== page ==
But I am mostly struck by how pleasant it’s been… I suppose I waisted so much dread over it, only to find it’s not so bad when the nights not busy! You get to run around the hospital, not confined to one little space or area, pretty much do completely random and new and interesting things all night! I so feared not knowing things and being ridiculed for it, I was totally wrong to fear that because the peeps I’m working with are so awesome about giving you pointers and help figuring out how to manage the ward! So I feel very blessed… and hope that this post may put to rest fears in new intern to be’s in the future or interns about to start on nights!


Starting Residency – on Nights

I’m only two shifts in, so I can not speak in great depth about the adventures of being a new intern on nights.  But wanted to post a short update anywhoooo…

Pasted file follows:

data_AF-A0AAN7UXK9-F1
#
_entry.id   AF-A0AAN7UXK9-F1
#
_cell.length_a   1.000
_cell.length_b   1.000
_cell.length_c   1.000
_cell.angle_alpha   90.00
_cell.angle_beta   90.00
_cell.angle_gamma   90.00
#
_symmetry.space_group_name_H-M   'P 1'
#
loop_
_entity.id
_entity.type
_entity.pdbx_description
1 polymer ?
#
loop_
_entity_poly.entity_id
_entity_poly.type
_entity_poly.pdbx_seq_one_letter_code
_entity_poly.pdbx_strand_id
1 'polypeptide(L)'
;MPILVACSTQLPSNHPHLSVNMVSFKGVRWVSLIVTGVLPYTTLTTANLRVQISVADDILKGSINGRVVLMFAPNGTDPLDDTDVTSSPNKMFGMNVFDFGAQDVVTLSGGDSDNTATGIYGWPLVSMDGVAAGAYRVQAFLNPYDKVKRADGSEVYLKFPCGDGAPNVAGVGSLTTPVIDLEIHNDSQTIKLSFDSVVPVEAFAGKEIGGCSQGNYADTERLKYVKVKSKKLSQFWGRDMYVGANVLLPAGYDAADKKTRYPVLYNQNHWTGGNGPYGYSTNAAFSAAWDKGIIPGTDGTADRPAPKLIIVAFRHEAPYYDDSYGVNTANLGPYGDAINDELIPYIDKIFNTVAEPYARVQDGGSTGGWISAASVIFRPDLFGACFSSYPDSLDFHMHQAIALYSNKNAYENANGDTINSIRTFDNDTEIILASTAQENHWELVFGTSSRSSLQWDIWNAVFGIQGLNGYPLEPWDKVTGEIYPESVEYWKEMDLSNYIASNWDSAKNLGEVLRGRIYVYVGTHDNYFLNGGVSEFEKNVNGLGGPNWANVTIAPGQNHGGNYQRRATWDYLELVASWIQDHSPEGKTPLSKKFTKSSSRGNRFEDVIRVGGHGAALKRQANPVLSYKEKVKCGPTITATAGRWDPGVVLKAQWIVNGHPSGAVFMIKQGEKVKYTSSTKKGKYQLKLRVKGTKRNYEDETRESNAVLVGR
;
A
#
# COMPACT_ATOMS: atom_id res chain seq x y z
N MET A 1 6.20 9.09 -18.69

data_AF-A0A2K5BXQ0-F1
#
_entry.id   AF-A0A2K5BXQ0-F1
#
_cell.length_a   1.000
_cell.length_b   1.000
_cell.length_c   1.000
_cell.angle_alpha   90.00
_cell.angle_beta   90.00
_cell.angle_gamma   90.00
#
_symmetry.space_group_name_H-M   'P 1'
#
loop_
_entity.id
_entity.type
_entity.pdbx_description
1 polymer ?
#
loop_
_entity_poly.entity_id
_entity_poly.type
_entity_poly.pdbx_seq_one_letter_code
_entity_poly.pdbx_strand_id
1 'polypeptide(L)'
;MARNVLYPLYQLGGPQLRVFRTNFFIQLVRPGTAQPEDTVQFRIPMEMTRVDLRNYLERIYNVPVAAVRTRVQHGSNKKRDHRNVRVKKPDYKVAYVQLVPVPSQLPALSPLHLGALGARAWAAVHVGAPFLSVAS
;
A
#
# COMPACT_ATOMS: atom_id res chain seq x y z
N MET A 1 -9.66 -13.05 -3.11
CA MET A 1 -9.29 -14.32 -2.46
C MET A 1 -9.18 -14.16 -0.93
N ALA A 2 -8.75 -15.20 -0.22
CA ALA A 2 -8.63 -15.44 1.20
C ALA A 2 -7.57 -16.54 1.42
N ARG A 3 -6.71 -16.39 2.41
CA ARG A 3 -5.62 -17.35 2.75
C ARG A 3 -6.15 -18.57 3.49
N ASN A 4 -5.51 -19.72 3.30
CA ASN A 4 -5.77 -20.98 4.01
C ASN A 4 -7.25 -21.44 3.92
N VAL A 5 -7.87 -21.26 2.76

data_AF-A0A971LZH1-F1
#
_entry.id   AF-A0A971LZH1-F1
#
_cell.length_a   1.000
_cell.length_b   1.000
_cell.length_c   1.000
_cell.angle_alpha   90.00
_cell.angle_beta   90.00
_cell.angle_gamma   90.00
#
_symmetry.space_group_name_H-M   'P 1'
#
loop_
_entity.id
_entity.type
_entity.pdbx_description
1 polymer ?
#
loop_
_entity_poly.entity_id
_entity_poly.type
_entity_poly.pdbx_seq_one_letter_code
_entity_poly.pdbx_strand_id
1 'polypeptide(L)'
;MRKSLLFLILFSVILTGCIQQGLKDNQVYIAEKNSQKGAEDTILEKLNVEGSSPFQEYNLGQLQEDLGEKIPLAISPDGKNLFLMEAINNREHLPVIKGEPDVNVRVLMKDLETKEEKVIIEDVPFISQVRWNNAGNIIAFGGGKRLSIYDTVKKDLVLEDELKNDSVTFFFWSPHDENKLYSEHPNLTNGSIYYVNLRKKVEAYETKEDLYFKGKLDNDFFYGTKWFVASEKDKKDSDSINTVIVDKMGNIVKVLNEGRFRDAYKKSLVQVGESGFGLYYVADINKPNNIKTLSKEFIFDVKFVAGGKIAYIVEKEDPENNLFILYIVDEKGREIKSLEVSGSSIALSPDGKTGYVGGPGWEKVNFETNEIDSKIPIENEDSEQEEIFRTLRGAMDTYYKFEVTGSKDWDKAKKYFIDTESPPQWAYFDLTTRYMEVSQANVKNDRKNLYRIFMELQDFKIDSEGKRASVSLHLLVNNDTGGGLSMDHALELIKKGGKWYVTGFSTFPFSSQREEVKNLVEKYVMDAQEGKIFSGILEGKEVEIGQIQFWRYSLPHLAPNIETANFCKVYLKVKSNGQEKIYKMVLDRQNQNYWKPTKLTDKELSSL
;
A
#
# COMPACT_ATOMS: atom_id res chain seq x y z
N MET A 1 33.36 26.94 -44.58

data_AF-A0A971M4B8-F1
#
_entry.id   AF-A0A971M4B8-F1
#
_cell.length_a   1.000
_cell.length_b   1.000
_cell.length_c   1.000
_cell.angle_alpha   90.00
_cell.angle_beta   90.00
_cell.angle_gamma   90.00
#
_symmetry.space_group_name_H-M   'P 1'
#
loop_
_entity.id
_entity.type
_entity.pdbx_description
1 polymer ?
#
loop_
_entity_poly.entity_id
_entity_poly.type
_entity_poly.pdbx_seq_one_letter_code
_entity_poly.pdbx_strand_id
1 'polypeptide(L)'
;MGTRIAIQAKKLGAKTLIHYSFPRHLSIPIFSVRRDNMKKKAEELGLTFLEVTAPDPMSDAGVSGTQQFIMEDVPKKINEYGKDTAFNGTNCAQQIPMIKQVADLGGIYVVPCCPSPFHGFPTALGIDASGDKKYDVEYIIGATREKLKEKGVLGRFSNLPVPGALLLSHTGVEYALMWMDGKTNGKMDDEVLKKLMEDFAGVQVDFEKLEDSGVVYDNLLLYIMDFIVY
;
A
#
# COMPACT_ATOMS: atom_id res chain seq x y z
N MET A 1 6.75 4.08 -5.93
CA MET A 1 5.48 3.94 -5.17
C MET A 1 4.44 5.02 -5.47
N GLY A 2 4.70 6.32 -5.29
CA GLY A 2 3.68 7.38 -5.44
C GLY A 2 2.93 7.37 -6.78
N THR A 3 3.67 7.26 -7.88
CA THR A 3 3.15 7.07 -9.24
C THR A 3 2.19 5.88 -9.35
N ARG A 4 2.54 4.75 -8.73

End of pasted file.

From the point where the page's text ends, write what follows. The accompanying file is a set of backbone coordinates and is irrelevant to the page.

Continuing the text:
Getting on the correct sleep schedule wasn’t too too bad, I slept in later than usual on my first day (went from getting up around 5:30/6 to getting up at about 8am) and then I took a quick nap in the afternoon while Andy was out for his nap.  But I must say, I was quite fuzzy and drunk feeling by the end of that first shift.  By the time I hit the hay – it was 8am and I had stayed up about 24 hours total, because I got off work a little later than I was supposed to – worked for 14 hours and it was only supposed to be a 13 hour shift (many programs, even to this day, have something more like 18 or 24 hour-long shifts for the resident, and yeah I’ve been told countless times that it was even worse, “back in the day” before duty hour restrictions! Oy, I can only imagine!).  I mean I do remember everything that happened, I wasn’t that out of it, and I remember feeling pretty coherent, however, it was a very slow and cumbersome version of myself I was having to work with.  In addition, I was trying a lot of new stuff and running into countless strange road blocks/new challenges along the way and my brain was ever so reluctant to confront them!